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6/7/2014 7:00 AM

My name is Joyce. I’m a dairy farmer.

I confess. This was not necessarily my original goal in life. After graduating from high school, with secretarial training, my initial goal was to find an office job. Which I did, spending a couple of years behind a typewriter (before computers!) and utilizing the accounting, shorthand and related skills for which I’d been trained.

But, one thing led to another, and I found myself married to a farmer, with a herd of dairy cows. So, I learned to milk in our old, double-three milking parlor, and helped out sometimes on weekends. But then, come spring a year or so later, there were fields to prepare for planting, cows to milk and The Farmer was very short of help to get it all done.

Goodbye paying job. I quit the office position and came home. And milked more. I learned to raise calves and register their ancestry. I began to write all the checks and keep the accounting records. I even learned to drive an old John Deere 60 tractor with a hand clutch, to help get fields ready for planting. I became passable in raking hay and discing ground (before no-till) and sweated through unloading hay and straw on 90-degree days. I rejoiced when we had a heifer calf and shed a few tears when we lost a good cow, something that has never changed in all this time.

Over the years, I’ve been stepped on, peed on, pooped on (just last week, square on the head) and had far more sloppy, smelly tails swiped across my face than I care to remember. I’ve helped to deliver dozens of calves, even pulled a few by myself. I’ve knelt down in soggy straw to help breathe life into a struggling newborn. The sight of a newborn calf, trying to raise its sticky, wet head just a few moments after birth, still brings a catch to my throat.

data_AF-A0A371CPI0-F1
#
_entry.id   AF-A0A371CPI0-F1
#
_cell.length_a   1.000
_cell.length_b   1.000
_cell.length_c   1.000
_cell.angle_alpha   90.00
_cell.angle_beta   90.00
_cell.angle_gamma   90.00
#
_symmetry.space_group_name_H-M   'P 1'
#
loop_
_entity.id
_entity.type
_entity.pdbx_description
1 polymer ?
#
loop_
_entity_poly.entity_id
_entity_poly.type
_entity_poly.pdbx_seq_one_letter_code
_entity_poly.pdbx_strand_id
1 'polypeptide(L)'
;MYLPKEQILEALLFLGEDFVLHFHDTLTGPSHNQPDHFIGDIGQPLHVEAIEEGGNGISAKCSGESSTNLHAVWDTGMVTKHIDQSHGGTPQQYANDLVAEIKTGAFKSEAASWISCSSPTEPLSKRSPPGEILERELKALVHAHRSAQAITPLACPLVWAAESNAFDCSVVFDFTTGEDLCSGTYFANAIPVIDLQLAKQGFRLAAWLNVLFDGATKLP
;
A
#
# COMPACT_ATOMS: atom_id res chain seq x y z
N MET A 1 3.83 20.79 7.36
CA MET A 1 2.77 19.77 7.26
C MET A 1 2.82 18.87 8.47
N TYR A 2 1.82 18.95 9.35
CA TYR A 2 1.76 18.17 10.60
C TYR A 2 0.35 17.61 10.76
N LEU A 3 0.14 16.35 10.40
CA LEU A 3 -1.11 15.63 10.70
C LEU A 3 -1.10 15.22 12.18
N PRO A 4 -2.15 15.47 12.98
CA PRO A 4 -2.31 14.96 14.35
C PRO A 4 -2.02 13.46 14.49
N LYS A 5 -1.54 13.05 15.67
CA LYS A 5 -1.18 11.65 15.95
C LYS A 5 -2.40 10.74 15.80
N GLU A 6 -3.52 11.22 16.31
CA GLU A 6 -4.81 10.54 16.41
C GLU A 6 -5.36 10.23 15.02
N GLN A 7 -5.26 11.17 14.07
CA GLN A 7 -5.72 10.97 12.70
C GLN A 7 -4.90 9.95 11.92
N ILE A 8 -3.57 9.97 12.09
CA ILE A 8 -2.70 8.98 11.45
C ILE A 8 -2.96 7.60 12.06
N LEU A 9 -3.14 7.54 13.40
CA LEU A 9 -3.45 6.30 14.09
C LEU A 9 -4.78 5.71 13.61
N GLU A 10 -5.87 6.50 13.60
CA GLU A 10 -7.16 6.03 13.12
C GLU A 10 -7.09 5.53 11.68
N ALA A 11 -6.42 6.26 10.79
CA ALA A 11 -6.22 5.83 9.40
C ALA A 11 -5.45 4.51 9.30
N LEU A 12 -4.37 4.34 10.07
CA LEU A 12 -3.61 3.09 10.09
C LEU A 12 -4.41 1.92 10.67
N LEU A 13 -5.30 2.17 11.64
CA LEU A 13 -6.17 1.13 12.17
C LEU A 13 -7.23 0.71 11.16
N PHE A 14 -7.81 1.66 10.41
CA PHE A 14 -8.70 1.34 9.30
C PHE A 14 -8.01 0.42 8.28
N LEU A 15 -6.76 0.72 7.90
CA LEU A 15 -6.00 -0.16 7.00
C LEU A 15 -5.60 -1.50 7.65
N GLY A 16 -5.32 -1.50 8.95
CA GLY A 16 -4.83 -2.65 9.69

I’ve helped to chase cows in snow, through rain, standing corn and tall grass. I take rectal temperatures of our fresh and ailing girls, treat calves not feeling up to par, fork and shovel manure and feed as needed. I know the difference between good hay and not-so-good, and have a good idea how a bale of bedding straw will open and fluff up — or not — by eyeballing it.

You cannot gain these skills by reading them in a book or studying them on a YouTube video. This is strictly a hands-on job. And our hands have been deep in it every June dairy month for the past five decades.

The daily challenges, adventures, major and minor crises, and, yes, joys of milking cows have been my livelihood and way of life, thanks to a wedding ring put on my hand years ago (and not worn because we do not wear rings around the farm, due to the danger of hand injury from them). And I’ve done things I’ve never dreamed as a kid that I would ever tackle.

But, in all these years, there’s something I’ve never done. And neither has any other dairy farmer in the country.

None of us has ever milked a soybean. Or an almond. Or a grain of rice.

And yet, every time I go into a retail market, I’m confronted — and insulted — by beverage products screaming from their fancy packaging that they are “milk.”

They are not milk. Milk comes only from mammals. The imitations are soybean juice. Or, almond squeezin’s. Maybe leached rice runoff. They are not milk.

Dairy farm families face lots of frustrations. Imitations trading on the name of our pure, wholesome product is one of those that shows no signs of being corrected. The same bureaucrats that insist schoolchildren should not be allowed to drink chocolate milk turn away when confronted with imitation products filled with all sorts of “stuff” that trade under the good name and reputation of our pure, wholesome, real milk.

What ever happened to truth in labeling? Huh?

Through June, the dairy cow and her miraculous food product will be celebrated in a multitude of ways. We can only hope it also reminds consumers that real milk only comes from cows.

And the others are simply imposters.

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